Our short 3 hours flight to Phuket was smooth. Air Asia, although being a budget airline, was quite pleasant with good service and comfortable seats. Really, that is all that I needed. I’d rather save some money than spend it on the luxuries.

We arrived at Phuket at 10pm. Through internet research, we learned that it is important to bargain for anything in Asia. We stepped outside of the airport and we were immediately swarmed by taxi drivers. We had an idea how much it would cost for a ride to Phuket Town, so we bargained for a similar price quickly and made sure the price was agreed upon before we get into the car.

A 30-minute ride later, we arrived at our budget boutique hotel. It was really nothing to brag about, but it was clean, quiet and comfortable. We were only there for 2 nights so it was just want we needed.

September 26, 2010

A Whirlwind in Europe - Nantes (Day 13)

The night before, Stephane said I could wake up as early as I want to go fishing in the canal about 10 minutes walk from the house. When I woke up at 8am, the little kiddies were already up and about. As a responsible adult, I just couldn’t leave the house with the kiddies unsupervised.

When Mathieu, the oldest brother, woke up, I started packing my gear. Stephane also woke up at 10am, so I headed out the door for about 1.5 hours of fishing. My target was European perch (aka redfin perch). I had some small soft plastics and small red worms for livebait.

I started off working around some docked boats. The water was very murky and full of algae. The bottom was rather soft with very little vegetation. About 10 minutes into fishing, I had a quick hit on my Powerbait T-Tail…but the fish hit it so fast that there was no time to set the hook. I worked another 100 yards of canal without any hits. With only 30 minutes remaining on the clock, I decided to try fishing Ile de Versailles. There was a little dock at the tip of the island where it reached into deeper water.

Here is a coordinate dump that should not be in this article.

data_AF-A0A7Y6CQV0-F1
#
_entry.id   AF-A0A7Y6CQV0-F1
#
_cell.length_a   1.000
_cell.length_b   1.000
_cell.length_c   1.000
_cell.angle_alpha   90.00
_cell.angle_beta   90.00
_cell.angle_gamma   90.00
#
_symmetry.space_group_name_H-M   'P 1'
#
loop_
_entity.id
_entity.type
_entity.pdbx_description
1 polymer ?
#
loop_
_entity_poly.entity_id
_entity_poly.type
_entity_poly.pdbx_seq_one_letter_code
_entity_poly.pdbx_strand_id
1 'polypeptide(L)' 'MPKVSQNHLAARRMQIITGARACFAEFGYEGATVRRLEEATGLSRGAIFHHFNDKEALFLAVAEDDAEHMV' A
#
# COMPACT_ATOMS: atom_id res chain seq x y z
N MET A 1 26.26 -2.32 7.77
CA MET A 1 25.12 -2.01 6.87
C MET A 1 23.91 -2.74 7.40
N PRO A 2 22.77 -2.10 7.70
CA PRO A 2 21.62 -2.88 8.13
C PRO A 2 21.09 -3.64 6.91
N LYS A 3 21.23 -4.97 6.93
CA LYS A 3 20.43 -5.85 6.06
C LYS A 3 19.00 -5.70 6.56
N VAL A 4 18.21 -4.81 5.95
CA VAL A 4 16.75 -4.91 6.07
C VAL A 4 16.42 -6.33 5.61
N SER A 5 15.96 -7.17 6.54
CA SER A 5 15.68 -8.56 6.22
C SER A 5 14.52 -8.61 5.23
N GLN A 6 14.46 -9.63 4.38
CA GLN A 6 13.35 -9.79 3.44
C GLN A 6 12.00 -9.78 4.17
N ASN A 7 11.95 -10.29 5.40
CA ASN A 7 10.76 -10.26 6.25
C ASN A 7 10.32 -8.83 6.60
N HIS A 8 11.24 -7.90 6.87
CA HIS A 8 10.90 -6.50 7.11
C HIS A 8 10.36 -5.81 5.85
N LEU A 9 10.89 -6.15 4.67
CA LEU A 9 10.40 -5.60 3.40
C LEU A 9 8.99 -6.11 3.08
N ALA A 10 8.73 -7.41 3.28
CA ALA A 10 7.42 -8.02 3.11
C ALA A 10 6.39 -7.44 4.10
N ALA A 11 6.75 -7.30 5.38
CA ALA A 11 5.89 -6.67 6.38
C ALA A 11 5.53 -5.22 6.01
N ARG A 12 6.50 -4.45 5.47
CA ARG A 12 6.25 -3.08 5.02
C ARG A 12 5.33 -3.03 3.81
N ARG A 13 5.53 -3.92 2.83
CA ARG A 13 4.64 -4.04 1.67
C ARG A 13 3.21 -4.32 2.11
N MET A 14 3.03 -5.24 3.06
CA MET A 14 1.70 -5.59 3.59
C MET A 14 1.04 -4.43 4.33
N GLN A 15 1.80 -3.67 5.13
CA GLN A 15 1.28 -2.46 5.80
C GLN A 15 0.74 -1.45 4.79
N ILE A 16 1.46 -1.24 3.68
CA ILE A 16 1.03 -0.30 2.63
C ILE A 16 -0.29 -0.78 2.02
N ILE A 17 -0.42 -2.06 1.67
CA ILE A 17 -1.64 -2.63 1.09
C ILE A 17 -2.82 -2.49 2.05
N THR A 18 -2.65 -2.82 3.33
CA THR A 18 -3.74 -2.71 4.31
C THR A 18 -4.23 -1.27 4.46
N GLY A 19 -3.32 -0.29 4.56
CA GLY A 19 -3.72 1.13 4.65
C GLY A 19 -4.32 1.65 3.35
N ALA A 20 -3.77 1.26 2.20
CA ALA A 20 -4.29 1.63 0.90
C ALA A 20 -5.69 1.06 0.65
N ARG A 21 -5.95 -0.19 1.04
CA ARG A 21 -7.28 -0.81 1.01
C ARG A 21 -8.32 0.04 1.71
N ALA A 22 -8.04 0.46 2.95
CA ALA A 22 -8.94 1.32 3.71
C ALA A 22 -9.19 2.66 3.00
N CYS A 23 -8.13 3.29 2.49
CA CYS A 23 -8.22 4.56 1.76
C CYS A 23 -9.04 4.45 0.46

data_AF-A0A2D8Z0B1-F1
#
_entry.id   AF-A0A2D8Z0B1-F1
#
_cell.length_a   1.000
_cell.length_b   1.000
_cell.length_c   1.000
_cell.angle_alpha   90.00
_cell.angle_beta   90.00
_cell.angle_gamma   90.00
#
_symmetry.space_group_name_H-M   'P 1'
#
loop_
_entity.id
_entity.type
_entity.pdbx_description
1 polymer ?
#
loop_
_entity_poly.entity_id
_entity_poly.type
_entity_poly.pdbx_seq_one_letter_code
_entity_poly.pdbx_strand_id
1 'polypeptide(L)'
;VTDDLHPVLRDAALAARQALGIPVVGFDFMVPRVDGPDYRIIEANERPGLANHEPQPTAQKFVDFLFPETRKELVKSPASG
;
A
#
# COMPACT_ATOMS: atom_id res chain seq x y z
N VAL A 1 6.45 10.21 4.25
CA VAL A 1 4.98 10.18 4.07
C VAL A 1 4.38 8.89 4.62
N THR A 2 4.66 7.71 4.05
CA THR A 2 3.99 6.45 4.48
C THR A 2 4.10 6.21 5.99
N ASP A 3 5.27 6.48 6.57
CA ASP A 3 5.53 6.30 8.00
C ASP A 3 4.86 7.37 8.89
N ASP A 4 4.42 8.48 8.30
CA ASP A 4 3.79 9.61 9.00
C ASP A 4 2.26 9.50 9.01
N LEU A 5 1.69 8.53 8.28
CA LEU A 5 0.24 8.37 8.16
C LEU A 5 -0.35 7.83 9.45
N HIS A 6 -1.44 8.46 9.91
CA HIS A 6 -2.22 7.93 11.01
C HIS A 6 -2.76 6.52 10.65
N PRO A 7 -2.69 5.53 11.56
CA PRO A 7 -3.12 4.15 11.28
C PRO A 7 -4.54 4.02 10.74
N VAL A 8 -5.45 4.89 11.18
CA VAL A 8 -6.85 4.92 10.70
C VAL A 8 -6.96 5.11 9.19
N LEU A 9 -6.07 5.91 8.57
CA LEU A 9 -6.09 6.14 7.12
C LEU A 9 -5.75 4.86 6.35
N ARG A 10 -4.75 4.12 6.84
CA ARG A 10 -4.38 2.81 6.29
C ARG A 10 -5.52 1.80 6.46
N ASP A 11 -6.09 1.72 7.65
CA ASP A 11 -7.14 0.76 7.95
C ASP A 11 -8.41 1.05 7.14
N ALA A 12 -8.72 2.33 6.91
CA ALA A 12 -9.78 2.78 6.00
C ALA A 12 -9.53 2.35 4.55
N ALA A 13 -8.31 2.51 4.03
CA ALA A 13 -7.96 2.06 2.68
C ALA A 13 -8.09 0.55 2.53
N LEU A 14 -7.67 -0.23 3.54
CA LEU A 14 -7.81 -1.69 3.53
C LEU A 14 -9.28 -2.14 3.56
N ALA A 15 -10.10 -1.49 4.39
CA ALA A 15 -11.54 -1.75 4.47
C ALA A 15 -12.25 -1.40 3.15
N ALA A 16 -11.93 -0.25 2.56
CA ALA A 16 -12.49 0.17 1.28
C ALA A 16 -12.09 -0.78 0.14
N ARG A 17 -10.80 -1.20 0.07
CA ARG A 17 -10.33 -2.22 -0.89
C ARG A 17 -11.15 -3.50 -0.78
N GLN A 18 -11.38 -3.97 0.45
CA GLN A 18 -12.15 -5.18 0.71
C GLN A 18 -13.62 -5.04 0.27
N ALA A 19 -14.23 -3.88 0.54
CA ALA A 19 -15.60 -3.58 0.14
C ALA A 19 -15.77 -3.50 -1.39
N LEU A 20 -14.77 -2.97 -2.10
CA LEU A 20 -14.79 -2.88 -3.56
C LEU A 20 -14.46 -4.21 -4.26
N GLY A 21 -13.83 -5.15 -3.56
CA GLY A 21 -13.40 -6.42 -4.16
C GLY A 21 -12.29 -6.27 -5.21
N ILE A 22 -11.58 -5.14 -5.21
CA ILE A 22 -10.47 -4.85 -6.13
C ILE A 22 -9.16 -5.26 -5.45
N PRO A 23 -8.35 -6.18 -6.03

When I got to the dock, there was a lot of baitfish in the area. These may actually be bleak. If only I had my fly rod because these little fish were taking mayflies stuck on the surface.

With baitfish in the area, there was also signs of larger fish since I saw two surface commotion. I tied on a splitshot rig and baited with a whole red worm. I took about 10 casts without any hits…but lost the worm on the cast. With only 2 minutes left on the clock, this was really my last cast. I casted as far as I could and worked the split shot rig very slowly on bottom. About 25 feet away from me, I felt a hit, then a better hit…and I set the hook. Fish on!

A short fight later, I found my target fish! The European perch fought harder than the Yellow Perch in North America.

7” European Perch (Perca fluviatilis)

The canal has a good population of zander and pike as well…but there was no time to fully appreciate the fishing this time. Next time I visit Stephane, I’ll give it a more thorough examination.

I returned to the house at 12pm and Christelle had just returned from the market with fresh fish and fresh bread. We made a great lunch with melon and strawberry (dipped in red wine) for appetizers, boiled fish on rice smothered with a very rich butter shallot sauce for the main course, and fresh French bread to soak up every last drop of that wonderful sauce. We also had fresh baked Cannales Bordelais for dessert. Although we had more red wine for lunch, I did remember that meal very well.